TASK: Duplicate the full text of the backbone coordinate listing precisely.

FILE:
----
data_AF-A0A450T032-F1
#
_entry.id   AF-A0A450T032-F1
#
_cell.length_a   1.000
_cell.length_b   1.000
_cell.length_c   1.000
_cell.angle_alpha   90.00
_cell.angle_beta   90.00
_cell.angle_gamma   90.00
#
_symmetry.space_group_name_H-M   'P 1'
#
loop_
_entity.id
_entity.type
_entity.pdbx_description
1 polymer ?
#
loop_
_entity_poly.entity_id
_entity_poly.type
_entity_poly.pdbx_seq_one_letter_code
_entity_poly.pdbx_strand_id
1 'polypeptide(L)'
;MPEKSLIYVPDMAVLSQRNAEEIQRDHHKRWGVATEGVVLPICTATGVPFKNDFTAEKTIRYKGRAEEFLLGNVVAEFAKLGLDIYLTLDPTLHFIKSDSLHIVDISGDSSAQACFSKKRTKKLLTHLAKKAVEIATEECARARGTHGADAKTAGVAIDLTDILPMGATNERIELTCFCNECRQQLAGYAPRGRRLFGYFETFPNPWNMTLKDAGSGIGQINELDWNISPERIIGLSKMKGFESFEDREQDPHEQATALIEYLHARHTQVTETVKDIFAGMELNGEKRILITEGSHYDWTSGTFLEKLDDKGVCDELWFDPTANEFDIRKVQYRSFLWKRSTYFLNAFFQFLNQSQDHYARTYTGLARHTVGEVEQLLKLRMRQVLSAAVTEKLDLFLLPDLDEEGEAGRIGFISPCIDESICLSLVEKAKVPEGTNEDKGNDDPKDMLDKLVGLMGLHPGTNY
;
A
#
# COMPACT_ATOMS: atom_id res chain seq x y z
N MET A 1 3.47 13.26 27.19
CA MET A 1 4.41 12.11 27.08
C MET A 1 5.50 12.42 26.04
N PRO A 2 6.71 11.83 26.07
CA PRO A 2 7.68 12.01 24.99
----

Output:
data_AF-A0A450T032-F1
#
_entry.id   AF-A0A450T032-F1
#
_cell.length_a   1.000
_cell.length_b   1.000
_cell.length_c   1.000
_cell.angle_alpha   90.00
_cell.angle_beta   90.00
_cell.angle_gamma   90.00
#
_symmetry.space_group_name_H-M   'P 1'
#
loop_
_entity.id
_entity.type
_entity.pdbx_description
1 polymer ?
#
loop_
_entity_poly.entity_id
_entity_poly.type
_entity_poly.pdbx_seq_one_letter_code
_entity_poly.pdbx_strand_id
1 'polypeptide(L)'
;MPEKSLIYVPDMAVLSQRNAEEIQRDHHKRWGVATEGVVLPICTATGVPFKNDFTAEKTIRYKGRAEEFLLGNVVAEFAKLGLDIYLTLDPTLHFIKSDSLHIVDISGDSSAQACFSKKRTKKLLTHLAKKAVEIATEECARARGTHGADAKTAGVAIDLTDILPMGATNERIELTCFCNECRQQLAGYAPRGRRLFGYFETFPNPWNMTLKDAGSGIGQINELDWNISPERIIGLSKMKGFESFEDREQDPHEQATALIEYLHARHTQVTETVKDIFAGMELNGEKRILITEGSHYDWTSGTFLEKLDDKGVCDELWFDPTANEFDIRKVQYRSFLWKRSTYFLNAFFQFLNQSQDHYARTYTGLARHTVGEVEQLLKLRMRQVLSAAVTEKLDLFLLPDLDEEGEAGRIGFISPCIDESICLSLVEKAKVPEGTNEDKGNDDPKDMLDKLVGLMGLHPGTNY
;
A
#
# COMPACT_ATOMS: atom_id res chain seq x y z
N MET A 1 3.47 13.26 27.19
CA MET A 1 4.41 12.11 27.08
C MET A 1 5.50 12.42 26.04
N PRO A 2 6.71 11.83 26.07
CA PRO A 2 7.68 12.01 24.99